TrackMeNot is a lightweight browser extension that helps protect web searchers from surveillance and data-profiling by search engines. It does so not by means of concealment or encryption (i.e. covering one's tracks), but instead, paradoxically, by the opposite strategy: noise and obfuscation. With TrackMeNot, actual web searches, lost in a cloud of false leads, are essentially hidden in plain view. User-installed TrackMeNot works with the Firefox Browser and popular search engines (AOL, Yahoo!, Google, and MSN) and requires no 3rd-party servers or services.
****How It Works
TrackMeNot runs in Firefox as a low-priority background process that periodically issues randomized search-queries to popular search engines, e.g., AOL, Yahoo!, Google, and MSN. It hides users' actual search trails in a cloud of 'ghost' queries, significantly increasing the difficulty of aggregating such data into accurate or identifying user profiles. To better simulate user behavior TrackMeNot uses a dynamic query mechanism to 'evolve' each client (uniquely) over time, parsing the results of its searches for 'logical' future query terms with which to replace those already used.
****Why We Created TMN
The practice of logging user search activities and creating individual search profiles - sometimes identifiable - has received attention in mainstream press, e.g. the recent front-page New York Times article on AOL's release of collected data on individual searchers; also this front-page New York Times Business Section article describing the User-Profiling Practices of Yahoo!, AOL, MSN & Google.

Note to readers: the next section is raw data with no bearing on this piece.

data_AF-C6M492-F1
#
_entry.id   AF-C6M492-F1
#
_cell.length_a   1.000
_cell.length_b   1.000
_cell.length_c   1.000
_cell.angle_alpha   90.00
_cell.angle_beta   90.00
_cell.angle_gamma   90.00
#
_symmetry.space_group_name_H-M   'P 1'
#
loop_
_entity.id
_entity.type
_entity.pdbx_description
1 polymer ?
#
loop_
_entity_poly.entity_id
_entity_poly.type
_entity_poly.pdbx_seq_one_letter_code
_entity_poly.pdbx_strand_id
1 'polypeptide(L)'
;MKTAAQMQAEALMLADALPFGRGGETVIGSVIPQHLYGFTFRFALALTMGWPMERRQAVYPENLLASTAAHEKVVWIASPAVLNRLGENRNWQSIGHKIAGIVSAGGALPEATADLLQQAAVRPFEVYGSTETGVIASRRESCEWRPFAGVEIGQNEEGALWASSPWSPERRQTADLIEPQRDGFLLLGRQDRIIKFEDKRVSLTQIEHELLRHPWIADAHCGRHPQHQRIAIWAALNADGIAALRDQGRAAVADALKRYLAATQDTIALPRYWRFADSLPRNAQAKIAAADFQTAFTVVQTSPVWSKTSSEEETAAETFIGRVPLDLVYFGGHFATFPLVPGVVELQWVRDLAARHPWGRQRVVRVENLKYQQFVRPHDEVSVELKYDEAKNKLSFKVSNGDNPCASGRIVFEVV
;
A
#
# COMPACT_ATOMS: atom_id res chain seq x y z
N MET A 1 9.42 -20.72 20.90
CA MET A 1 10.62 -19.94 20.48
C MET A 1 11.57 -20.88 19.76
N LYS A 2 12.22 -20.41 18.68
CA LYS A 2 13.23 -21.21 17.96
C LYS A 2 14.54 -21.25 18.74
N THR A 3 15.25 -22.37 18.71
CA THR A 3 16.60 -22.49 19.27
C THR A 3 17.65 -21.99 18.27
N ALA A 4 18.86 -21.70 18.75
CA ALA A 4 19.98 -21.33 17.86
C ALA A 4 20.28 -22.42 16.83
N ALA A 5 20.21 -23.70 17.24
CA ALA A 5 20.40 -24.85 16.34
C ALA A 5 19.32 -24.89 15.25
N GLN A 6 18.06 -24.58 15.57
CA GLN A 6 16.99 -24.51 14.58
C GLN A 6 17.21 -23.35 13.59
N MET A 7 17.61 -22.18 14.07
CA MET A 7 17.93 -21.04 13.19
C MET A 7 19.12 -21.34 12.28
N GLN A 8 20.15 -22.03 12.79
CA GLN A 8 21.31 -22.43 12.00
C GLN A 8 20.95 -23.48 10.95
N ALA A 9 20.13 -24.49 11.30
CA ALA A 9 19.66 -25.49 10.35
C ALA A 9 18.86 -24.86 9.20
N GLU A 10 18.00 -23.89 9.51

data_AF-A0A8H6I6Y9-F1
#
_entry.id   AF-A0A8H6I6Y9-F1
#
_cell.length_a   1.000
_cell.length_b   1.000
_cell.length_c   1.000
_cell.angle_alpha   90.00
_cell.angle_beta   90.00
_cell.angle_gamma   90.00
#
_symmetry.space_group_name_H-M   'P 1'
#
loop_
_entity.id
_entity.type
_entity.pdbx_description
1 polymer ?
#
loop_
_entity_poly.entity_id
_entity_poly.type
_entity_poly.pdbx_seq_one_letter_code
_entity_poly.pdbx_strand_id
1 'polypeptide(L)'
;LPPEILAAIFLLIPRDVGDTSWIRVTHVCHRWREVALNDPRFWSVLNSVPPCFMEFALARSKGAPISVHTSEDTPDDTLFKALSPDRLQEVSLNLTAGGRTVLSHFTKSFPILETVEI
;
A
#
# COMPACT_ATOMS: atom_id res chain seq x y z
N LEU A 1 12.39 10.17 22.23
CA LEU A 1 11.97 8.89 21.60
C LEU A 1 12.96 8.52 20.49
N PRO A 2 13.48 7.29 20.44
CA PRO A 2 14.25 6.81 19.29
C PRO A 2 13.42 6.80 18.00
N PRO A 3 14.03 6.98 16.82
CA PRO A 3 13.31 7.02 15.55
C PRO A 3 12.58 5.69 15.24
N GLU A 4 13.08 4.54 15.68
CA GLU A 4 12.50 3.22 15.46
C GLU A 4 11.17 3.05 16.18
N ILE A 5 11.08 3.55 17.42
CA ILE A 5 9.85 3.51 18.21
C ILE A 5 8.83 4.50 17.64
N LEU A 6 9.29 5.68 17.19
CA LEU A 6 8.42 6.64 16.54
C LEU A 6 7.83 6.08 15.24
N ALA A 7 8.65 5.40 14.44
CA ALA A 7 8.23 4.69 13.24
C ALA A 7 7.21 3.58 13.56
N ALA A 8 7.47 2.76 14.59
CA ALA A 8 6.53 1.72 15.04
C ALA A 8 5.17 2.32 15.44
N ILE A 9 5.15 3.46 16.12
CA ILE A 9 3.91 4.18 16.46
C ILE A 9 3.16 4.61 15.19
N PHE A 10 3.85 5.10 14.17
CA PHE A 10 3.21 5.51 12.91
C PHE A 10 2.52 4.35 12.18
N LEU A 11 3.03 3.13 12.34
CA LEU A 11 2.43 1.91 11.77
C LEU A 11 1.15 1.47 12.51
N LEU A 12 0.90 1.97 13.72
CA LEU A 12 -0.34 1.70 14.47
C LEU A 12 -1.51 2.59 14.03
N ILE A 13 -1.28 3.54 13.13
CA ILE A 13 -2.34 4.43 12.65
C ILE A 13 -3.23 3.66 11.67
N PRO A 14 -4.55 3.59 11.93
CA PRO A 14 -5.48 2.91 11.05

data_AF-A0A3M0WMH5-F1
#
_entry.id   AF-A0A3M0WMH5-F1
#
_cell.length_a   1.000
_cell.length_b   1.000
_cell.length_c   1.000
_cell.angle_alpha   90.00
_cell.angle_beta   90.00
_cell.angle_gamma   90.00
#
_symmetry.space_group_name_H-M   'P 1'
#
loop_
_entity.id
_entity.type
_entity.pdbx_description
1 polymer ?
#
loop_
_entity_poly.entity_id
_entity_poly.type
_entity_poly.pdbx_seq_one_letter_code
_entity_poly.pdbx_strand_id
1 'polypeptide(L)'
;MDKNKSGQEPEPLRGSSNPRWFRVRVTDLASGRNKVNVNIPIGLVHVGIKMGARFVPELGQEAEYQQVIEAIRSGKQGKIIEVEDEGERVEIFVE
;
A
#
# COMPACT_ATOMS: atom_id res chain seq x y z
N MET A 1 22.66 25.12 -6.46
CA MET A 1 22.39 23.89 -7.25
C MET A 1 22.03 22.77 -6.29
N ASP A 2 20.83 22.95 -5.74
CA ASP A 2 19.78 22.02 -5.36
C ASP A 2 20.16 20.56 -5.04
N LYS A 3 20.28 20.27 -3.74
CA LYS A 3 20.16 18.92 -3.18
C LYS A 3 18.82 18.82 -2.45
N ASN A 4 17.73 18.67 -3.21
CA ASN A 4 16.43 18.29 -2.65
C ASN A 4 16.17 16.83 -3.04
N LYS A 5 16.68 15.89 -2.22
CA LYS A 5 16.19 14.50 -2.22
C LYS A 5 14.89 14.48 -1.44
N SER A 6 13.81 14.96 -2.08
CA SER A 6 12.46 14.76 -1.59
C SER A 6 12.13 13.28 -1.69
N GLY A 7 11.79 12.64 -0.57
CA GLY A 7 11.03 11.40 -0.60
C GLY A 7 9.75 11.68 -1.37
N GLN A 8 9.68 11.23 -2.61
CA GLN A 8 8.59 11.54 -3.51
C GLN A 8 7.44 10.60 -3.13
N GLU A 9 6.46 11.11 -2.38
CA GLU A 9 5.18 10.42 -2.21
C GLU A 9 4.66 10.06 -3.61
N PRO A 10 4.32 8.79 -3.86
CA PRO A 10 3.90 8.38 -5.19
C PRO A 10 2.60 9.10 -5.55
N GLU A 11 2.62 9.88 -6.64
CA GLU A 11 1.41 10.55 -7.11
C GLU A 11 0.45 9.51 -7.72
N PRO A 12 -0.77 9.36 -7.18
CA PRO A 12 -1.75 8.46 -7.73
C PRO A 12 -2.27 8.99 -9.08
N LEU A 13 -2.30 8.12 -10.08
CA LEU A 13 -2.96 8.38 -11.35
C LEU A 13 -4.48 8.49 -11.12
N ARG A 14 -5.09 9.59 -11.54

We are disturbed by the idea that search inquiries are systematically monitored and stored by corporations like AOL, Yahoo!, Google, etc. and may even be available to third parties. Because the Web has grown into such a crucial repository of information and our search behaviors profoundly reflect who we are, what we care about, and how we live our lives, there is reason to feel they should be off-limits to arbitrary surveillance. But what can be done?
Legal approaches -- urging legislators to support limits on access, or courts to extend Fourth Amendment protection -- might be effective, but would require orchestrated efforts by many parties. Appeals to search companies themselves seem even less hopeful as their interests, at least on the surface, are in direct conflict with such limits. Both, at best, are long term prospects.
We have developed TrackMeNot as an immediate solution, implemented and controlled by users themselves. It fits within the class of strategies, described by Gary T. Marx, whereby individuals resist surveillance by taking advantage of blind spots inherent in large-scale systems1. TrackMeNot may not radically alter the privacy landscape but helps to place a particularly sensitive arena of contemporary life back in the hands of individuals, where it belongs in any free society.